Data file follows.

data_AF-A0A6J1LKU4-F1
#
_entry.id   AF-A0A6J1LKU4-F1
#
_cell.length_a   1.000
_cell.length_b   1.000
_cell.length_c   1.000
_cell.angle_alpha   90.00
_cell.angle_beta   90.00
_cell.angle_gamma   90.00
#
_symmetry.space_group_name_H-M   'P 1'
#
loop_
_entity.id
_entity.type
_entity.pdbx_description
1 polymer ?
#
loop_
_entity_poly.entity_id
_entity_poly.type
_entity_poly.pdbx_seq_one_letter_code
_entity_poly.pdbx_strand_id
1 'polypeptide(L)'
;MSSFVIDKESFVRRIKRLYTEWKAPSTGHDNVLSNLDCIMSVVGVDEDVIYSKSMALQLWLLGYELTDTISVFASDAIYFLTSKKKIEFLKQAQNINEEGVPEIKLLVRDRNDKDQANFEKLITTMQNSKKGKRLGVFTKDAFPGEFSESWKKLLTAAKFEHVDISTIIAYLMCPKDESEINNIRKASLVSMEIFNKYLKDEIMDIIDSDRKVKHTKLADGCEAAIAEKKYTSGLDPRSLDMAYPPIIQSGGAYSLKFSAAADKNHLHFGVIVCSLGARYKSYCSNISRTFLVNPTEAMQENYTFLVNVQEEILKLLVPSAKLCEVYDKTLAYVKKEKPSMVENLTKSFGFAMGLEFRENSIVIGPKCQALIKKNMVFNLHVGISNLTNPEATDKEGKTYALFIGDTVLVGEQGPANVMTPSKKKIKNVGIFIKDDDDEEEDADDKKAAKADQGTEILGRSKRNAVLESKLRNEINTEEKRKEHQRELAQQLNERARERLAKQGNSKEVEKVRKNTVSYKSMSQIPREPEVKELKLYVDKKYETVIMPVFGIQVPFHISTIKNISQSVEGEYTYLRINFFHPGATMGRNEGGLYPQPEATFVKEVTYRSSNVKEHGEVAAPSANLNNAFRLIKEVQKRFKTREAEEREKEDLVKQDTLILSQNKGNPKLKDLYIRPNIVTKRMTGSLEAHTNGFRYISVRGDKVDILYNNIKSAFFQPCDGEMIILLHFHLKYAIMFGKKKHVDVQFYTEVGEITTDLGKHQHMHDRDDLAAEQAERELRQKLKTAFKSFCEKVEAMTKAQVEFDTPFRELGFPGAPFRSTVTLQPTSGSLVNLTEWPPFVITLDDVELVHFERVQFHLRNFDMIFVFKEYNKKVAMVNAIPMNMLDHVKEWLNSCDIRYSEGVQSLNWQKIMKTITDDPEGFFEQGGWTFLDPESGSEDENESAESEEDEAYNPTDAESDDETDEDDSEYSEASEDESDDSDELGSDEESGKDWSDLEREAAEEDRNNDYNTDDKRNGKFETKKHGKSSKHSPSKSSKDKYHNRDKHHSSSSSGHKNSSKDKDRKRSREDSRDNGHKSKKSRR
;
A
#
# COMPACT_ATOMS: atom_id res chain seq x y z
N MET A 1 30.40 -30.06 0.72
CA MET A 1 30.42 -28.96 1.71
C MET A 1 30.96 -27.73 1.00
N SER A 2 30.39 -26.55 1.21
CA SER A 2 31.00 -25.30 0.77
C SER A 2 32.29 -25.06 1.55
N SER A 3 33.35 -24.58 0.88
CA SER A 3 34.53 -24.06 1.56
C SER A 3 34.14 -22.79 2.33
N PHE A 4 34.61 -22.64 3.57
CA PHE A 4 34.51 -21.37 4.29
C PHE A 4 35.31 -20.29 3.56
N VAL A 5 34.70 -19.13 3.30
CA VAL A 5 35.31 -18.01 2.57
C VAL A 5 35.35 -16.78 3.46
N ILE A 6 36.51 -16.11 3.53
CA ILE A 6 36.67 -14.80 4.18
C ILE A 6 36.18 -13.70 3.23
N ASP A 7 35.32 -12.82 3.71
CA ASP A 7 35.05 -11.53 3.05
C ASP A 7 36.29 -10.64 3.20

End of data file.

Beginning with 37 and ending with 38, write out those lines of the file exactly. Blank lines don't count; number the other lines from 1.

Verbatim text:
N SER A 3 33.35 -24.58 0.88
CA SER A 3 34.53 -24.06 1.56